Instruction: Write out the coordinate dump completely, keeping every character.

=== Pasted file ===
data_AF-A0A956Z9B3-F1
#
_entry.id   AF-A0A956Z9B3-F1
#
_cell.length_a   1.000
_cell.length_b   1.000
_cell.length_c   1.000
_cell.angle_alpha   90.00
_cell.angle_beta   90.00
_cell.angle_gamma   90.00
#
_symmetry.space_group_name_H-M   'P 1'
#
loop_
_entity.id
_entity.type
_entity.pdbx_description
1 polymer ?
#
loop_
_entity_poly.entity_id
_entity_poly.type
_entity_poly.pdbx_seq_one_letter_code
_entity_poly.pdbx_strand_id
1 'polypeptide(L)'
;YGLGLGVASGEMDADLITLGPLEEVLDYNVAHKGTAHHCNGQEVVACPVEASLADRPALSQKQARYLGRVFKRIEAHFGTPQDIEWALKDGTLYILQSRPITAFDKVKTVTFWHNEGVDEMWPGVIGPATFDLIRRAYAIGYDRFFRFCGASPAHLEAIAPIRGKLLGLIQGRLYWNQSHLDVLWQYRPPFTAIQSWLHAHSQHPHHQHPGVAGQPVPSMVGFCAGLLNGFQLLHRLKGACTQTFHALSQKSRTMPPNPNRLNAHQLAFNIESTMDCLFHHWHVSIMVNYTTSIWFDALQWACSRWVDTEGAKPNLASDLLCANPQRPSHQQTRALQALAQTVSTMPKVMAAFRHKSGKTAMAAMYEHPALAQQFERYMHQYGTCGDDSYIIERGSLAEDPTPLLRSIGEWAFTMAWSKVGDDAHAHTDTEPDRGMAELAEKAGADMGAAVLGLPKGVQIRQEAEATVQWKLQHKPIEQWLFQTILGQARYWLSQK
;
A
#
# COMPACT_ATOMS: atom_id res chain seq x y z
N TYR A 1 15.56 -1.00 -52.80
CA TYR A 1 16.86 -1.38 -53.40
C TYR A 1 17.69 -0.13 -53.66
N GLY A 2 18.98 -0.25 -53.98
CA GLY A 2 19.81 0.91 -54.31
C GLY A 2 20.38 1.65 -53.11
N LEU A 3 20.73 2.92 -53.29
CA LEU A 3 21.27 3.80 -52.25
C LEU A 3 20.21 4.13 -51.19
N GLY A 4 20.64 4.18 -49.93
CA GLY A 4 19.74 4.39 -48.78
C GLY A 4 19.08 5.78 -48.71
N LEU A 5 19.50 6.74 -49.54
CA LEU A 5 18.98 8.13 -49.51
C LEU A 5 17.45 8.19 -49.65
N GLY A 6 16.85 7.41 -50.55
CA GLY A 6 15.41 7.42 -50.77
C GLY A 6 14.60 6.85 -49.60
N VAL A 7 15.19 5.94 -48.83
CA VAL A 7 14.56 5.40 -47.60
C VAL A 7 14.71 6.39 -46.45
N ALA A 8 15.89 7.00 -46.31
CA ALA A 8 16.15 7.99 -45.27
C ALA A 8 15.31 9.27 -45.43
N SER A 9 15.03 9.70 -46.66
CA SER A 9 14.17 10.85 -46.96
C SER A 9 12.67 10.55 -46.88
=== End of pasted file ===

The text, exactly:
data_AF-A0A956Z9B3-F1
#
_entry.id   AF-A0A956Z9B3-F1
#
_cell.length_a   1.000
_cell.length_b   1.000
_cell.length_c   1.000
_cell.angle_alpha   90.00
_cell.angle_beta   90.00
_cell.angle_gamma   90.00
#
_symmetry.space_group_name_H-M   'P 1'
#
loop_
_entity.id
_entity.type
_entity.pdbx_description
1 polymer ?
#
loop_
_entity_poly.entity_id
_entity_poly.type
_entity_poly.pdbx_seq_one_letter_code
_entity_poly.pdbx_strand_id
1 'polypeptide(L)'
;YGLGLGVASGEMDADLITLGPLEEVLDYNVAHKGTAHHCNGQEVVACPVEASLADRPALSQKQARYLGRVFKRIEAHFGTPQDIEWALKDGTLYILQSRPITAFDKVKTVTFWHNEGVDEMWPGVIGPATFDLIRRAYAIGYDRFFRFCGASPAHLEAIAPIRGKLLGLIQGRLYWNQSHLDVLWQYRPPFTAIQSWLHAHSQHPHHQHPGVAGQPVPSMVGFCAGLLNGFQLLHRLKGACTQTFHALSQKSRTMPPNPNRLNAHQLAFNIESTMDCLFHHWHVSIMVNYTTSIWFDALQWACSRWVDTEGAKPNLASDLLCANPQRPSHQQTRALQALAQTVSTMPKVMAAFRHKSGKTAMAAMYEHPALAQQFERYMHQYGTCGDDSYIIERGSLAEDPTPLLRSIGEWAFTMAWSKVGDDAHAHTDTEPDRGMAELAEKAGADMGAAVLGLPKGVQIRQEAEATVQWKLQHKPIEQWLFQTILGQARYWLSQK
;
A
#
# COMPACT_ATOMS: atom_id res chain seq x y z
N TYR A 1 15.56 -1.00 -52.80
CA TYR A 1 16.86 -1.38 -53.40
C TYR A 1 17.69 -0.13 -53.66
N GLY A 2 18.98 -0.25 -53.98
CA GLY A 2 19.81 0.91 -54.31
C GLY A 2 20.38 1.65 -53.11
N LEU A 3 20.73 2.92 -53.29
CA LEU A 3 21.27 3.80 -52.25
C LEU A 3 20.21 4.13 -51.19
N GLY A 4 20.64 4.18 -49.93
CA GLY A 4 19.74 4.39 -48.78
C GLY A 4 19.08 5.78 -48.71
N LEU A 5 19.50 6.74 -49.54
CA LEU A 5 18.98 8.13 -49.51
C LEU A 5 17.45 8.19 -49.65
N GLY A 6 16.85 7.41 -50.55
CA GLY A 6 15.41 7.42 -50.77
C GLY A 6 14.60 6.85 -49.60
N VAL A 7 15.19 5.94 -48.83
CA VAL A 7 14.56 5.40 -47.60
C VAL A 7 14.71 6.39 -46.45
N ALA A 8 15.89 7.00 -46.31
CA ALA A 8 16.15 7.99 -45.27
C ALA A 8 15.31 9.27 -45.43
N SER A 9 15.03 9.70 -46.66
CA SER A 9 14.17 10.85 -46.96
C SER A 9 12.67 10.55 -46.88